Is It a Cold or the Flu?
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Is It a Cold or the Flu?

Your child has a sore throat, cough, and high fever. Could it be the flu? Or just a cold?

The flu usually makes kids feel worse than if they have a cold. But it's not always easy to tell the difference between the two. Here are tips on what to look for — and what to do.

Colds or Flu: Symptoms Guide

Answer these questions to see if your child has the flu or a cold:

Flu vs. Colds: A Guide to Symptoms

QuestionsFluCold
Did the illness come on suddenly? Yes No
Does your child have a high fever? Yes No
(or fever is mild)
Is your child's energy level very low? Yes No
Is your child's head achy? Yes No
Is your child's appetite less than normal? Yes No
Are your child's muscles achy? Yes No
Does your child have chills? Yes No

If most of your answers are "yes," chances are your child has the flu. If your answers are mostly "no," it's probably a cold.

When Should I Call the Doctor?

If you have any doubts, it's best to call the doctor. An illness that seems like a cold can turn out to be the flu. And other illnesses, like strep throat or pneumonia, can seem like the flu. Even doctors sometimes need to do a test to know for sure if a child has the flu or a cold.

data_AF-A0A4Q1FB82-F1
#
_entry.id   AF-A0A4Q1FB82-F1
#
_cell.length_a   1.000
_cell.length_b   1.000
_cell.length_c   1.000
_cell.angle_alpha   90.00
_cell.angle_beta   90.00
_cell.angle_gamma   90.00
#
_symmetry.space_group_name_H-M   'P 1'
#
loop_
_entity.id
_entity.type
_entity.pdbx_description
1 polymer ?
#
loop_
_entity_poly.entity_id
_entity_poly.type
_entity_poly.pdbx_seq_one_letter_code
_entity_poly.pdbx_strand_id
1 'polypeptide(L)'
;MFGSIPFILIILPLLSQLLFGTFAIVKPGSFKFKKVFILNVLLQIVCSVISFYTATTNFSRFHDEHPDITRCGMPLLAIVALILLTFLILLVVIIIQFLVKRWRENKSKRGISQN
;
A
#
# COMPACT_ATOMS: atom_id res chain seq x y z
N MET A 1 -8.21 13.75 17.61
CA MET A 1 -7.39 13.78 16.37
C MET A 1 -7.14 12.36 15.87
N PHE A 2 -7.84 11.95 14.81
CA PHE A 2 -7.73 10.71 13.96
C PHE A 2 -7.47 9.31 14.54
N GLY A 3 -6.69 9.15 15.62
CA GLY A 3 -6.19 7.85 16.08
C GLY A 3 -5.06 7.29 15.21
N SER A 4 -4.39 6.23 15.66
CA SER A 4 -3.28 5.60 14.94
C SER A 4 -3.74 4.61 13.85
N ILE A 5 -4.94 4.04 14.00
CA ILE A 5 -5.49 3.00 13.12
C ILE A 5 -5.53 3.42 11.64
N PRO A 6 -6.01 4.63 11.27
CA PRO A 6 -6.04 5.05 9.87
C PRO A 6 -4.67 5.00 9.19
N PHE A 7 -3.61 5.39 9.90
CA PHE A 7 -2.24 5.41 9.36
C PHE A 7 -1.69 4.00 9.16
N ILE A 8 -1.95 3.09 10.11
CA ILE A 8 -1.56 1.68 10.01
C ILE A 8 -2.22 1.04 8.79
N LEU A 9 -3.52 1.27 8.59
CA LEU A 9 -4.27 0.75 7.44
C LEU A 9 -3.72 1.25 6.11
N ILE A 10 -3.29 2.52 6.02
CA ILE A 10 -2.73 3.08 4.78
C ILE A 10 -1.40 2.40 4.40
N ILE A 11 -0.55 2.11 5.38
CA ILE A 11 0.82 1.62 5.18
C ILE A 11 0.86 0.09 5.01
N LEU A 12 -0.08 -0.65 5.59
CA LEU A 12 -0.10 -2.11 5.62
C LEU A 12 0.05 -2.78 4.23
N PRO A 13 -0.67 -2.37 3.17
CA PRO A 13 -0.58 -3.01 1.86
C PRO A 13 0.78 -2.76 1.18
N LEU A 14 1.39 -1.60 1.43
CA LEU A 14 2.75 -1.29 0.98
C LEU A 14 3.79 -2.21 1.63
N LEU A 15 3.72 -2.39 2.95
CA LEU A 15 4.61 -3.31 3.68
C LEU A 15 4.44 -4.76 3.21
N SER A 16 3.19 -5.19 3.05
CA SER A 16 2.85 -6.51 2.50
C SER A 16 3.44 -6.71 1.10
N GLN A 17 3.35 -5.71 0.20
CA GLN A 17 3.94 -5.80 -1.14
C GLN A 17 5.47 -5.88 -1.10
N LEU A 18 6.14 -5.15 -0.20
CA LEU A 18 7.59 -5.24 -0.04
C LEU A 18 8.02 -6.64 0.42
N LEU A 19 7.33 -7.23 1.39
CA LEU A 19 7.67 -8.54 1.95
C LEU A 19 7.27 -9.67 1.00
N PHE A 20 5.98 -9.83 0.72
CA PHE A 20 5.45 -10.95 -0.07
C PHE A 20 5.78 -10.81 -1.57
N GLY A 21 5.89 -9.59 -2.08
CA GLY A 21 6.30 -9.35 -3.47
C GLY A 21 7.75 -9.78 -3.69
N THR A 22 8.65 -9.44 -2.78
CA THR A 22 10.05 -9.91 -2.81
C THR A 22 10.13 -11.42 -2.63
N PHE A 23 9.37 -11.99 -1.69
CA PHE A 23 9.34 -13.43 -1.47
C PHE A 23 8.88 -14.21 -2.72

It's important to get medical care right away if your child:

How Is the Flu Treated?

Most of the time, you can care for your child at home with plenty of liquids, rest, and comfort.

Even healthy children can struggle with the flu. But some kids — like those younger than 5 or kids with asthma — are more likely to have problems if they get the flu. In some cases, a doctor might prescribe an antiviral medicine to lessen flu symptoms.

What Can Parents Do?

  • Prevention is the best medicine. Make sure that everyone in your family gets a flu vaccine every year.
  • Teach your kids good hand washing habits to help stop the spread of flu.
  • If your child has asthma or another illness, call your doctor right away if your child shows signs of the flu. The doctor might need to give your child antiviral medicines, which only work when children start taking them within 48 hours of when flu symptoms start.
Date reviewed: November 2018